Retroactive interference in visuo-spatial and verbal memory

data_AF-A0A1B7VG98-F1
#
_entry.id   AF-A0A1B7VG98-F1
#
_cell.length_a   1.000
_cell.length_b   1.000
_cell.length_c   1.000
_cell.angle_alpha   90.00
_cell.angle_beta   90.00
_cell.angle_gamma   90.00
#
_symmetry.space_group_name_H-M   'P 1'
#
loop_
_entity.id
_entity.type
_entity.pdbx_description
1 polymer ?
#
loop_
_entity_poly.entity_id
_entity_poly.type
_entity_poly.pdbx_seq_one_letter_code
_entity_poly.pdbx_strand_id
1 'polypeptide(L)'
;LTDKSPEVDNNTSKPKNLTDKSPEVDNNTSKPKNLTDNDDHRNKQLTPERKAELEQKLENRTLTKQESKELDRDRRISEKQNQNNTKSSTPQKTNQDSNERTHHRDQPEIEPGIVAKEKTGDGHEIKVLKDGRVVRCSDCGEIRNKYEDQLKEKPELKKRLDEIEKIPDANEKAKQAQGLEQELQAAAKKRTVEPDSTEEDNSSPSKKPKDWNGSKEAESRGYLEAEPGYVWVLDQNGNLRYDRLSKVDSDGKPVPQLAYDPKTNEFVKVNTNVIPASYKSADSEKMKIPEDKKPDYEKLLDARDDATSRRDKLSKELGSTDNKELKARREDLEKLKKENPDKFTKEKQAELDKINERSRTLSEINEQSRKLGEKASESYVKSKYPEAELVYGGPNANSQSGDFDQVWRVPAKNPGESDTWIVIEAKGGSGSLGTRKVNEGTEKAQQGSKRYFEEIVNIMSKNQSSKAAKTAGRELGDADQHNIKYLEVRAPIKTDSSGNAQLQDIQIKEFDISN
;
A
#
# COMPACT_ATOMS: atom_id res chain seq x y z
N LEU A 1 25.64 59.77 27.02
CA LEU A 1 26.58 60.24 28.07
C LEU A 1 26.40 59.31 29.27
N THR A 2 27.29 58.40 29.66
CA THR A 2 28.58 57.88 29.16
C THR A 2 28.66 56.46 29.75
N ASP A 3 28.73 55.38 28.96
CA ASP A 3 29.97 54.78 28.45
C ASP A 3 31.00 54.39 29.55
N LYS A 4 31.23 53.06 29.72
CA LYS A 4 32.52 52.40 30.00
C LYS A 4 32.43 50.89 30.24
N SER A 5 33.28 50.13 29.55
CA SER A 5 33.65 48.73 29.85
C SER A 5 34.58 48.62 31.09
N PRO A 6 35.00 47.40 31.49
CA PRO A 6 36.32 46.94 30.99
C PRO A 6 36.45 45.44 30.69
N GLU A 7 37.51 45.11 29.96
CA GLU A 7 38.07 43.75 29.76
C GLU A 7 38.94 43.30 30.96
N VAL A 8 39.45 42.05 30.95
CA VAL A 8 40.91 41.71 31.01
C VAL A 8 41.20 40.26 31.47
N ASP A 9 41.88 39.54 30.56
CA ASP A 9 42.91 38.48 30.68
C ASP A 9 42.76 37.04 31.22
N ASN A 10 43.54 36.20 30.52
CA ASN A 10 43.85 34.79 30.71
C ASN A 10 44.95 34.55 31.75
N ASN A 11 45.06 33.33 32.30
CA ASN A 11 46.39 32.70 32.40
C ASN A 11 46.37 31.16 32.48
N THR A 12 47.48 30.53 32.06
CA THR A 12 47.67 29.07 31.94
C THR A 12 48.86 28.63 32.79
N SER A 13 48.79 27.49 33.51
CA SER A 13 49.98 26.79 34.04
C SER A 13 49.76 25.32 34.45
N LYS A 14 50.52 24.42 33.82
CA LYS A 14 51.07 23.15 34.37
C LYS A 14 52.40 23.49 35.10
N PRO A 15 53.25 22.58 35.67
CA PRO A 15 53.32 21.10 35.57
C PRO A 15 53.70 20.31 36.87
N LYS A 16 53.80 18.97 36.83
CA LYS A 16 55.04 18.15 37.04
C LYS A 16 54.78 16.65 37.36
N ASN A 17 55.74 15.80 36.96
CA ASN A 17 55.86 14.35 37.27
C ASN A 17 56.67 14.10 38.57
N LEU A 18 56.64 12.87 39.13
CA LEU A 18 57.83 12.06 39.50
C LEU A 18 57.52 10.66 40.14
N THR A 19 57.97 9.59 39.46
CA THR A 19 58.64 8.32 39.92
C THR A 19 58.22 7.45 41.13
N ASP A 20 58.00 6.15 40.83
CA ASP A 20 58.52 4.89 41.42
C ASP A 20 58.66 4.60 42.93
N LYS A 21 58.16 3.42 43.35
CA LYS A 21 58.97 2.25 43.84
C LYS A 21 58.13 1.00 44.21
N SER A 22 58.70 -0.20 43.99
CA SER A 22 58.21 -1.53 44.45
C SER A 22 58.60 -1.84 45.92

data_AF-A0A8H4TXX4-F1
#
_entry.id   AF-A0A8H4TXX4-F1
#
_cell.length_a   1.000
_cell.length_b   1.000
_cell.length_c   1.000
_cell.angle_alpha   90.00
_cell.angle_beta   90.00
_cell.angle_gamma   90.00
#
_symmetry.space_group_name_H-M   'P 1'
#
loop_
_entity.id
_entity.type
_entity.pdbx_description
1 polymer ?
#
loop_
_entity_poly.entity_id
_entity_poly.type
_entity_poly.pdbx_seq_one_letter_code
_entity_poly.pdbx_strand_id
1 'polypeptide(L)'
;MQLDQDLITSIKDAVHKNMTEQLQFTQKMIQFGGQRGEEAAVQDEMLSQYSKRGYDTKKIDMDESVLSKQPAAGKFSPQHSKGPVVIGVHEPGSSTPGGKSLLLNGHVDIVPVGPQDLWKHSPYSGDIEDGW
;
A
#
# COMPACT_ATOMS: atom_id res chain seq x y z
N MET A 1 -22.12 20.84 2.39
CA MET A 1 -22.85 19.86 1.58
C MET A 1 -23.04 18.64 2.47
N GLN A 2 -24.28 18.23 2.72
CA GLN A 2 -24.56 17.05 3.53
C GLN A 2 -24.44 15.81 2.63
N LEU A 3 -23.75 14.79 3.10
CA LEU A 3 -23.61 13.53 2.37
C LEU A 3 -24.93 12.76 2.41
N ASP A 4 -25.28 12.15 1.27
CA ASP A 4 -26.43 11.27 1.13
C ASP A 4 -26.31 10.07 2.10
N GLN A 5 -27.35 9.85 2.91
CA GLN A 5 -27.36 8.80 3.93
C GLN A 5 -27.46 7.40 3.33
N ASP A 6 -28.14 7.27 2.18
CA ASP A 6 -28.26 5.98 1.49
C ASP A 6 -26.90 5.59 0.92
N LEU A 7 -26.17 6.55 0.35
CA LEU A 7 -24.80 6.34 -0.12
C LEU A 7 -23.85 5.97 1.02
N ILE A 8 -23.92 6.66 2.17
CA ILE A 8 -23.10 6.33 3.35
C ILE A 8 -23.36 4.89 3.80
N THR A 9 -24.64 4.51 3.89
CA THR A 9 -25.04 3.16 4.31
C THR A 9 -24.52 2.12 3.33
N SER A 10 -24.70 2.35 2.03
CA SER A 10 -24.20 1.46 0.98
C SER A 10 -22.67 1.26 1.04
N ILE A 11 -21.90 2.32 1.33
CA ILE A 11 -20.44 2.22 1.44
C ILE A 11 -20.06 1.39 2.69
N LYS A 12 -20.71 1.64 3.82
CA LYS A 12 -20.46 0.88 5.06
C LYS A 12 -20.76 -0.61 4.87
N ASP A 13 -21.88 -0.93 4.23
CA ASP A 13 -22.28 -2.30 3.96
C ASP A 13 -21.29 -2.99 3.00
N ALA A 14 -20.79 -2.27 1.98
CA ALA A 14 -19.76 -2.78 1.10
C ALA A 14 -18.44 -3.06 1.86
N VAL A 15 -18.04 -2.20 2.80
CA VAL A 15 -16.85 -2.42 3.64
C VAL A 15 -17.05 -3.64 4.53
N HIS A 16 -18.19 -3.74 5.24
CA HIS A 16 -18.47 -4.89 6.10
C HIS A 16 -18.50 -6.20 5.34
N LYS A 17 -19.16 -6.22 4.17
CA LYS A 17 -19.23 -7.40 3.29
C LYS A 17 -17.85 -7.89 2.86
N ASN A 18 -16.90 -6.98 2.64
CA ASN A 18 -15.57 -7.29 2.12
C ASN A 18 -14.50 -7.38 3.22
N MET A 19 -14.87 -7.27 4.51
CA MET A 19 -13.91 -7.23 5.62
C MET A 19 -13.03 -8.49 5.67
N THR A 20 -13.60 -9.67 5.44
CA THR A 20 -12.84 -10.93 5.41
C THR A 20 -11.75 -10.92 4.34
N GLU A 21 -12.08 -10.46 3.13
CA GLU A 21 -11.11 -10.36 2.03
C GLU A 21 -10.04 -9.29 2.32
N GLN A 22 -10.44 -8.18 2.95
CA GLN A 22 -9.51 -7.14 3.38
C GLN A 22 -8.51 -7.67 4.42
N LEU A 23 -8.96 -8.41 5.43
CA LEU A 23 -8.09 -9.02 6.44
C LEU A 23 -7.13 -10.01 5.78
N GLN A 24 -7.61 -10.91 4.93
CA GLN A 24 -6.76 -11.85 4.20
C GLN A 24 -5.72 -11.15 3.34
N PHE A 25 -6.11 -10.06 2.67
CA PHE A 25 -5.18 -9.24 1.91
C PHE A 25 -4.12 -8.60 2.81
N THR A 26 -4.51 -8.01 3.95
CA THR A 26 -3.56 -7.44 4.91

Memory and forgetting are everyday phenomena, and though they have been studied for over a century the processes which underlie them have not been easily understood. Early in the twentieth century it was thought that forgetting was due to decay of memory traces over time. This account of forgetting suggested that decay was perhaps a natural consequence of the passage of time. But a competing theory of memory postulated interference as the culprit of forgetting: either prior learning (proactive interference) or later learning (retroactive interference) were what caused us to forget (Wixted, 2004). So which explanation best explained forgetting, interference or decay? Jenkins & Dallenbach (1924) found that subjects remembered more nonsense syllables after a sleep-filled delay than after an equal delay period in which subjects remained awake. Decay theory would predict no difference between the conditions, since it postulated that the passage of time was responsible for forgetting. But interference theory predicted less forgetting after sleep due to the absence of new learning. Hence decay theory was abandoned as the sole explanation of forgetting.
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